AK: Both. The Asian Pacific Islander community in prison has risen, sadly, by 250 percent in the last twenty or thirty years. There’s a lot of Vietnamese people in prison in California, at least where I did my time. There’s a huge population from Cambodia, from Laos. You can link that to intergenerational trauma once again; systemically, America clearly shows up in that space. Look back at the seventies, the Vietnam War, the refugee camps in Thailand and Laos and Cambodia. I learned about this history with my friends in prison. We learned it together. We taught each other about our histories.

I was fortunate to be in San Quentin Prison, where they had the ROOTS (Restoring Our Original True Selves) program. Its volunteers are from the AAPI community, and we would go through the cycle and learn, for example, about Vietnamese history. The people who were incarcerated would tell their stories; older incarcerated people told us stories of their time. “I went through this war and then I came to America as a refugee and then I was treated like shit.”

The South Asian population was much smaller in the prisons where I was. I did meet some South Asians who grew with me and rekindled my language, which I hadn’t spoken for so long, but it was still rare. For me personally, I’ve always lived two lives. When I step into home, it's shoes off; I'm fluent in my language, Urdu, and my culture. But when I was a kid, as soon as I stepped out, it was baggy clothes, hat backwards, pants sagging. I lived two different lives, and 100 percent of each was me. 

After 9/11, I met more Muslims. But then Islam in South Asia is so different from Islam in the Middle East. I don't speak Arabic. Our culture is very different. 

MK: I have an incarcerated client right now at CHCF [California Health Care Facility, a prison in Sacramento] whose parents met in a refugee camp in Thailand; his grandfather fought for the CIA in Laos. It’s exactly like you were saying; he joined a gang to seize control of that intergenerational trauma.

AK: Right. Most of the people I've spoken to were “gang” members when they came to America. So here's a five-year-old who just left the war in Laos and escaped to Thailand in a river with his mom. And then through whatever program he comes to America and grows up in a very poor Black and brown neighborhood, where he gets bullied. He doesn't speak English and he doesn't understand why he's going to this place called school, sitting in a class, not understanding a thing, and then getting beat up in the hallways and getting made fun of.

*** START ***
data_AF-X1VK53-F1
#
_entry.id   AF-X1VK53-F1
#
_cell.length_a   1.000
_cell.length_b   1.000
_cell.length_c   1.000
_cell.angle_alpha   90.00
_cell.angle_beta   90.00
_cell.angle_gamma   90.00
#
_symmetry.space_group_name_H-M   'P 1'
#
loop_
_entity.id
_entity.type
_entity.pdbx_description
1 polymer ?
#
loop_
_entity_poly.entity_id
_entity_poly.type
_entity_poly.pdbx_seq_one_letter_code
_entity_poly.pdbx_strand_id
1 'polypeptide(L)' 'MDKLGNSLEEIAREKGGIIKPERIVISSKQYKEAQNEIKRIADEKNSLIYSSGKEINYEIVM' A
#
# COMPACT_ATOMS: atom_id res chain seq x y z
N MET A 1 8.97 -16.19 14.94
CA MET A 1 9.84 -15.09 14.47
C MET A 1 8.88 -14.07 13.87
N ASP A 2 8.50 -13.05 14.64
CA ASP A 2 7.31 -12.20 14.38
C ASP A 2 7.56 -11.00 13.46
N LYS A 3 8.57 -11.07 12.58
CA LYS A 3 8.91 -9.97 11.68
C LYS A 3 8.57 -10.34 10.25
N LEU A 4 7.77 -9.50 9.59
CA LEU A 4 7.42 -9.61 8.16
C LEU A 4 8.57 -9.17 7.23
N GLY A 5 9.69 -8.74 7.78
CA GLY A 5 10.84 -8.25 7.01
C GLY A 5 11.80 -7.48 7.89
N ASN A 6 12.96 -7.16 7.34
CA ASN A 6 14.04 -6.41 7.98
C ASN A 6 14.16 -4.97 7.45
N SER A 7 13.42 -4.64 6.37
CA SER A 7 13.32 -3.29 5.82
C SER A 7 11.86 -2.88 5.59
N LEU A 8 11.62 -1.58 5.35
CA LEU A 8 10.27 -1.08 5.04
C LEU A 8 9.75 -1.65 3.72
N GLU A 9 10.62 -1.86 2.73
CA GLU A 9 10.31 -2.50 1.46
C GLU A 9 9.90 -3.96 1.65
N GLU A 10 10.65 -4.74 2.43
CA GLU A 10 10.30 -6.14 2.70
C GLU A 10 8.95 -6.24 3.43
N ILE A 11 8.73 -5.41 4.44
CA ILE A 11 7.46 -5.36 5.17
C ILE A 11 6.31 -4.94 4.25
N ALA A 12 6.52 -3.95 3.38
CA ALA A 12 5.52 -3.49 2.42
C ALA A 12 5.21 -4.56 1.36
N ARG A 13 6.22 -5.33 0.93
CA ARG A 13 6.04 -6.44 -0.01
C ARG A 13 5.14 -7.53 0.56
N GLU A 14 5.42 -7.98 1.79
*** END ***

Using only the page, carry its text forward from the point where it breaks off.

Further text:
And then he runs into other Asian kids. If he's Vietnamese, there's another Vietnamese kid going through the same thing. They team up and they find other Vietnamese people. Other kids who are also getting beat up. So they become a gang and they learn a little more English. And then they fight back collectively—violently, because they've been taught violence. Violence is the solution to survival, right? That's how it is. You go through this war, go to a refugee camp, come to America, get bullied and beat up and assaulted, find people like yourself. Then it's called a gang. But that’s the life that empowers you. It gives you safety. And then you get the gang enhancement when you get incarcerated. It’s just cycles and cycles of violence. It's so sad.

How do you stop a cycle? You can try to stop it on both a systemic level and an individual level. My wife and I have a healthy relationship; I'm in a healthy place, she's in a healthy place, and that’s being inherited by our child. I’m breaking the cycle very loosely.But breaking the cycle systemically is where it’s at. 

Next week, in Part 2, Adnan discusses why learning the legislative process in California is so essential to any advocate. He talks about why he loves writing and how it served as therapy on the first day in a cell at eighteen. He shares how “determination through spite” drove him to succeed, and how that spite evolved into empathy, healing, and understanding for those in his life who hurt him—and more broadly for humanity. And he shares his hopes for his baby boy, who was born last year. 

Links for the week

  • Adnan has written elsewhere about the circumstances of his crime and the charge of felony murder, so we didn’t delve into it in here. You can read his own words at The Marshall Project: